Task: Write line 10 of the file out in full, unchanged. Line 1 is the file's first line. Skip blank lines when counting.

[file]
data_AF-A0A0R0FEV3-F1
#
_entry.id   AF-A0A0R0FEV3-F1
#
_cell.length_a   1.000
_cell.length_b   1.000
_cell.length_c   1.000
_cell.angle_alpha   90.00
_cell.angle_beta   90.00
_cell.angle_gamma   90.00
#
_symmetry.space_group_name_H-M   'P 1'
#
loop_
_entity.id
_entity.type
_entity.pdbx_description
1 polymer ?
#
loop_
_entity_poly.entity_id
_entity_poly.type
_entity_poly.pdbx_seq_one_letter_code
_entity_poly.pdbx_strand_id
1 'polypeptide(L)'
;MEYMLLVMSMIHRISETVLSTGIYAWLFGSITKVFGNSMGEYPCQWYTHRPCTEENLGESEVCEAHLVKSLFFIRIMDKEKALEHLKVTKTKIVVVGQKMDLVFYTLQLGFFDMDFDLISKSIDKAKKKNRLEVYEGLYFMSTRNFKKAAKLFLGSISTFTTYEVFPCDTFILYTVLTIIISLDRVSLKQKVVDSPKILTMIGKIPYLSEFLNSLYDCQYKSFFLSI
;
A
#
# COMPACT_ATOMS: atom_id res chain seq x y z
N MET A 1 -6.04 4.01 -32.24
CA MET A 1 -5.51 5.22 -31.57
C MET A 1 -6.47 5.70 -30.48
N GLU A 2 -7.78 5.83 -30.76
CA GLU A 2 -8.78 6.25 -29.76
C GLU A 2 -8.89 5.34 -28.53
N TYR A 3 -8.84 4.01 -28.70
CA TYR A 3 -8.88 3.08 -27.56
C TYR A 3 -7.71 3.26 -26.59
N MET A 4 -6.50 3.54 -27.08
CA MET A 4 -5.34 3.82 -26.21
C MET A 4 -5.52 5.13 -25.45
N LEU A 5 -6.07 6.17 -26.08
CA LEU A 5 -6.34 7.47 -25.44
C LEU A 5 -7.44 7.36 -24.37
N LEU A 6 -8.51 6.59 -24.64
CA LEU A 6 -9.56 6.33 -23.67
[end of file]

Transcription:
_cell.angle_gamma   90.00